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Department of Justice
U.S. Attorney’s Office
District of Colorado

FOR IMMEDIATE RELEASE
Tuesday, March 27, 2018

Golden Company Sentenced for Violating the Clean Air Act

DENVER – OE Construction Corporation, a Golden-based excavation and underground utility company, pled guilty yesterday to being an accessory after the fact to violating the Clean Air Act.  U.S. Magistrate Court Judge Kristin L. Mix sentenced OE to pay a $15,000 fine and up to $55,000 in restitution to companies that purchased modified trucks from OE.  She also sentenced OE to three years of supervised probation, during which time the government will closely monitor OE’s trucks to ensure that their emissions systems are in compliance with state and federal law. 

According to the plea agreement, an employee at OE worked with a Canadian company called J-Ball Electronics to falsify the monitoring devices required by the Clean Air Act on at least six OE Construction-owned vehicles.  The OE Construction employee purchased kits from J-Ball that allowed him to alter the vehicles’ emission control systems.  The effect of these modifications was to dramatically increase the release of dangerous pollutants from these vehicles, including particulate matter, NOx (mono-nitrogen oxides), and hydrocarbons. 

When contacted by the government concerning these Clean Air Act violations, OE Construction admitted that four vehicles had been modified, and assured the government that only the four vehicles had been tampered with and that it had repaired the four vehicles.  However, OE Construction did not reveal that J-Ball and OE’s employee had modified at least two other vehicles that OE Construction intended to put up for auction.  In this way, OE attempted to avoid detection, prosecution, and punishment for the additional vehicles that the OE employee had modified.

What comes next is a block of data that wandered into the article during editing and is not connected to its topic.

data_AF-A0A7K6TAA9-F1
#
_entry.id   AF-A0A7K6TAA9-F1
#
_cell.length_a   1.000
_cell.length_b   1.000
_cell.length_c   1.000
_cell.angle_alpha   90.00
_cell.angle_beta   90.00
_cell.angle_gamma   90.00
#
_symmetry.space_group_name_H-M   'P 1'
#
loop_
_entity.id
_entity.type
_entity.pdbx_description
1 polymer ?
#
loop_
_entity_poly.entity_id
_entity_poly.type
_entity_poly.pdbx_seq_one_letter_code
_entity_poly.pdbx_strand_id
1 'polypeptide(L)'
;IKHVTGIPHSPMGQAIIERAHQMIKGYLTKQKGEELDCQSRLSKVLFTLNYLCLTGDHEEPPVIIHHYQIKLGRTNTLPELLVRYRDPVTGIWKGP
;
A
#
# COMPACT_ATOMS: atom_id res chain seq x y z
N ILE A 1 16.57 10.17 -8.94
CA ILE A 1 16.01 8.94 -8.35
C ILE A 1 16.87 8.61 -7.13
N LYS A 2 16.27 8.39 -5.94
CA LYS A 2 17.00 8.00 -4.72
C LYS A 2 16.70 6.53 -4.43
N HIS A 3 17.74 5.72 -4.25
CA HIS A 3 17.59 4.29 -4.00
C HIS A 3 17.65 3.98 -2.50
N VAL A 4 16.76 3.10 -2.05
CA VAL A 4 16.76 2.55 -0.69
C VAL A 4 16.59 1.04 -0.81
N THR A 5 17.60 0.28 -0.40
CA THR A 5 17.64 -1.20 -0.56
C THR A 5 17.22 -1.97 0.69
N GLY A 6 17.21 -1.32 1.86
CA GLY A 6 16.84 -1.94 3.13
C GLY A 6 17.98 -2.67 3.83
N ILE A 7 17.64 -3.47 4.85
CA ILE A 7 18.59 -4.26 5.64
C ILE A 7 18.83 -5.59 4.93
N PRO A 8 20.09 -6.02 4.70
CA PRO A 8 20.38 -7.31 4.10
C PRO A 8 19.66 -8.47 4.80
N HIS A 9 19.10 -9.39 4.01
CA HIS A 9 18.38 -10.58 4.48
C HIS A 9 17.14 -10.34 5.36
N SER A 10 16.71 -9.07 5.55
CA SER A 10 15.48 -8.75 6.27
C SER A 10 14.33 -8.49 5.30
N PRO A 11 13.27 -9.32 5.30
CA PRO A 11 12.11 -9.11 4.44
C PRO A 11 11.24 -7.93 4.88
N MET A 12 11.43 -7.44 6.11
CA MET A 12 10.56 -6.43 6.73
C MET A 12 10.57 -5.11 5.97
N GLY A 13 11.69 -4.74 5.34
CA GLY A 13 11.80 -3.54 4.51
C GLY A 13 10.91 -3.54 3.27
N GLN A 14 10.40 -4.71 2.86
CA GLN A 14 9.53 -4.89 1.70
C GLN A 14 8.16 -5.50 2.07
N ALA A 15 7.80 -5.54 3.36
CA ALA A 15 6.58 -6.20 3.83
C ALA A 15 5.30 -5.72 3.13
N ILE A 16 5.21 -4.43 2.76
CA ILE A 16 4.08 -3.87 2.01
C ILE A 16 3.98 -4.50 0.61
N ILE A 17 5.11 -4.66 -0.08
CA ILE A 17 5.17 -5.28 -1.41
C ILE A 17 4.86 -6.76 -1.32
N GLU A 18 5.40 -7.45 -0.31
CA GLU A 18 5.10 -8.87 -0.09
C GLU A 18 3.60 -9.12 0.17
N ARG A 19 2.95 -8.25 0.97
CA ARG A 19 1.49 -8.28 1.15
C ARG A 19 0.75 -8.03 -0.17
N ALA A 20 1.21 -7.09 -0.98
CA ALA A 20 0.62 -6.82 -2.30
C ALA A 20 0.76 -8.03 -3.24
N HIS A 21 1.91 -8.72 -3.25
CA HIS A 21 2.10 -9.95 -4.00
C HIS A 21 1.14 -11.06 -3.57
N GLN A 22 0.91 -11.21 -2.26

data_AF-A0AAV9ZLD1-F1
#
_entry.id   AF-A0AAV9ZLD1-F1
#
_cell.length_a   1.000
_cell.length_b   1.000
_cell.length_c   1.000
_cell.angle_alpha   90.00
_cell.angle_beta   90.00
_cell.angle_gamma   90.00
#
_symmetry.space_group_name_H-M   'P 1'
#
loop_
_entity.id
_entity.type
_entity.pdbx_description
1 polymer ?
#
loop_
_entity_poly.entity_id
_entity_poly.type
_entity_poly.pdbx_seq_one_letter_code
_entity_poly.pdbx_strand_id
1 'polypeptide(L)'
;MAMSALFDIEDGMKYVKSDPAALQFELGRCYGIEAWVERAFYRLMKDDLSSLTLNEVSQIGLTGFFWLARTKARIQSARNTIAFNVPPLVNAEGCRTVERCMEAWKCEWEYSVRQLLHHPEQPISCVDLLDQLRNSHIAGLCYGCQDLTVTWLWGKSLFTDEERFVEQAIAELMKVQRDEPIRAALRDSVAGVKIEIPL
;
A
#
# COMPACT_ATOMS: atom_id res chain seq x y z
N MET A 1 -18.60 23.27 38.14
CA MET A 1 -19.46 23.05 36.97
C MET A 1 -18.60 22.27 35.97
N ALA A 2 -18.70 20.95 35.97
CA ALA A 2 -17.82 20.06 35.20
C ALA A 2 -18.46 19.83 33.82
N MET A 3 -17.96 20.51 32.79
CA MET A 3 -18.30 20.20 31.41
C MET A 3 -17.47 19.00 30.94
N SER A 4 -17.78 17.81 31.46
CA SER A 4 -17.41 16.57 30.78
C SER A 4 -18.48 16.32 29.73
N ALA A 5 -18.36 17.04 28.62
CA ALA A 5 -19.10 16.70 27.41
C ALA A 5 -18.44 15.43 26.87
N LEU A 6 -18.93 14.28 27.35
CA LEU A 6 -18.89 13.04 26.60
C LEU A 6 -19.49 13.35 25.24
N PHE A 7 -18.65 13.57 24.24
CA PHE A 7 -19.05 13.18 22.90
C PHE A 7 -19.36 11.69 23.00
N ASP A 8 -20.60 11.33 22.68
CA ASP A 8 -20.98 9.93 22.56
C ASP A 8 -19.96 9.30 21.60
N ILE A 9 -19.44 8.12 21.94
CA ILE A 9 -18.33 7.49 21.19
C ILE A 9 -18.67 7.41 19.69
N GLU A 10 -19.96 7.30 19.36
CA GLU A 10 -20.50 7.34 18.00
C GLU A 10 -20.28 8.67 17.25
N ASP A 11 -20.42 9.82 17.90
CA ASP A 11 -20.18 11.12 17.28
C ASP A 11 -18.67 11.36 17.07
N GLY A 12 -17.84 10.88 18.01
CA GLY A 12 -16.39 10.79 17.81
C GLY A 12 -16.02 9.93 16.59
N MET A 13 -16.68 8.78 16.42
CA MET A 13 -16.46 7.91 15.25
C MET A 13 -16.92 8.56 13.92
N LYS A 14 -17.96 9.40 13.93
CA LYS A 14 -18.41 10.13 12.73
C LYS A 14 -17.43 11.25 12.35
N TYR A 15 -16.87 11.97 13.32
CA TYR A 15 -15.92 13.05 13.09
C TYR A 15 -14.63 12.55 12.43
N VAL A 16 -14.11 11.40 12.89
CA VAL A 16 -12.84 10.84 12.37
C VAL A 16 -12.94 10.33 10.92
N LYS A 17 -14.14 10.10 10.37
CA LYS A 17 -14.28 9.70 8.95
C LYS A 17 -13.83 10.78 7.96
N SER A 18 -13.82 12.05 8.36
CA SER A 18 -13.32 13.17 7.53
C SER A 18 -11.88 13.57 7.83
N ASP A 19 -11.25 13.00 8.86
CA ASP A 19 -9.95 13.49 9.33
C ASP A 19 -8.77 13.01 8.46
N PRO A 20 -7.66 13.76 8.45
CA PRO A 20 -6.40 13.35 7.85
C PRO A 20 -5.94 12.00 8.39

“We take seriously our job of protecting the environment in Colorado, and we won’t hesitate to prosecute corporations or individuals committing environmental crimes,” said U.S. Attorney Bob Troyer.

“Emission control devices for vehicles are required to ensure public health and safety,” said Jeffrey Martinez, special agent in charge of EPA’s criminal enforcement program in Colorado.  “The illegal actions in this case were not isolated incidents or mistakes; they were deliberately and carefully planned.  Today’s sentencing shows that EPA and its law enforcement partners will hold responsible those who violate laws designed to protect the health of our communities.”

This matter was investigated by the EPA’s Criminal Investigation Division.  The prosecution was handled by Assistant U.S. Attorneys Rebecca Weber and Suneeta Hazra.

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Topic(s): 
Environment
Component(s): 
Updated March 27, 2018